In an iterative approach, quantiles were resampled from percentiles shifted by a small offset np0/k where p0 was the first percentile and k the number of iterations (defines the difference in rank between consecutive quantiles). This provided a different set of evenly spaced quantiles for each curve fitting. For the normalizations performed here, the results from five interpolations were averaged. The qspline method was implemented in R and included in the Bioconductor package, which will be described elsewhere and is available from the web [21].

Data for cDNA experiments were qspline normalized with percentile samples and fitted in an iterative approach as described for the oligonucleotide arrays. The signal distributions were found to contain many non-smooth features not common for both channels. To account for the print-tip effect, an additional normalization was performed where Cy3 and Cy5 signals were scaled within each print-tip group, as described in global scaling of log intensities, before qspline normalization as just described.

Spatial normalization

Local signal (log-ratio) was estimated for each probe using a weighted mean of neighboring probe signals. A sliding square window centered on the each probe (50 × 50 for oligonucleotide arrays, and 10 × 10 for cDNA) was used to define the local neighborhood. Weights were defined by their Euclidean distance to the center probe using a Gaussian function (standard deviation 19 for 50 × 50 neighborhood and 3 for the 10 × 10 neighborhood). For both oligonucleotide and cDNA array data, this adjustment was made after global qspline normalization.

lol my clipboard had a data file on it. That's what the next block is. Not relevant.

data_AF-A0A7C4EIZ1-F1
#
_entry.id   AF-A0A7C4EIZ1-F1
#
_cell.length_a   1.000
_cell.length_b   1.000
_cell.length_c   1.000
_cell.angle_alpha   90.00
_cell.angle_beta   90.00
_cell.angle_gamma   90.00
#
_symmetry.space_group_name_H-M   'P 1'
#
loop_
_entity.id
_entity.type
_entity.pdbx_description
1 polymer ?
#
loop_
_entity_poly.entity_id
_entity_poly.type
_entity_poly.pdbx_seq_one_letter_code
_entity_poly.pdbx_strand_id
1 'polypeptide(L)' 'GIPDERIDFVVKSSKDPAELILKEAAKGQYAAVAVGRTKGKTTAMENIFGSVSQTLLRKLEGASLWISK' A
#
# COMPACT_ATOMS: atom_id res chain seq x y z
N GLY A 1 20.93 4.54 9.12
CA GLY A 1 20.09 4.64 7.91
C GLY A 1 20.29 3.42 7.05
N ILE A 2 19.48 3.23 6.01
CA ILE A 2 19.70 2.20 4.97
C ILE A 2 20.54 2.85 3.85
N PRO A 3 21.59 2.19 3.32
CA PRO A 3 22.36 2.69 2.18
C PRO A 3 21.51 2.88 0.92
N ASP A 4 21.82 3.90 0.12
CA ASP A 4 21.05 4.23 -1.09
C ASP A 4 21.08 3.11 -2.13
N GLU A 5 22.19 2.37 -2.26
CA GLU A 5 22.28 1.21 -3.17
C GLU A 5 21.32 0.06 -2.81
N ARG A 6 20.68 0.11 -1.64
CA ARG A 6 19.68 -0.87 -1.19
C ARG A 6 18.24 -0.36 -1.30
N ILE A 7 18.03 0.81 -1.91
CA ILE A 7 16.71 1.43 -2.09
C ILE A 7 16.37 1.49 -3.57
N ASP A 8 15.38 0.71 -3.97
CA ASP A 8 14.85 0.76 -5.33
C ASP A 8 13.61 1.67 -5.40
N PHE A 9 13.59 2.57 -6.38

Additional data files

Additional data files showing MA plots and signal distributions from all the 1, 2, 3 arrays for the different normalizations are available with the online version of this paper and at [17].

Additional data file 1. MA plots and signal distributions from all the HIV arrays

Format: TAB Size: 7.8MB Download fileOpen Data

Additional data file 2. MA plots and signal distributions from all the glnA arrays

Format: TAB Size: 1.1MB Download fileOpen Data

Additional data file 3. MA plots and signal distributions from all the tnrA arrays

Format: TAB Size: 1.1MB Download fileOpen Data

Acknowledgements

C.W., S.B. and S.K. acknowledge the Danish National Research Foundation for financial support. L.G. was supported by a grant from the Danish Biotechnology Instrument Center. H.J. would like to thank Maria Tang and Alan Sloma at Novozymes Biotechnology, Davis.

References

  1. Li C, Wong WH: Model-based analysis of oligonucleotide arrays: Expression index computation and outlier detection.

    Proc Natl Acad Sci USA 2001, 98:31-36. PubMed Abstract | Publisher Full Text | PubMed Central Full Text OpenURL

  2. Li C, Wong WH: Model-based analysis of oligonucleotide arrays: model validation, design issues and standard error application.

    Genome Biol 2001, 2:research0032.1-0032.11. PubMed Abstract | BioMed Central Full Text | PubMed Central Full Text OpenURL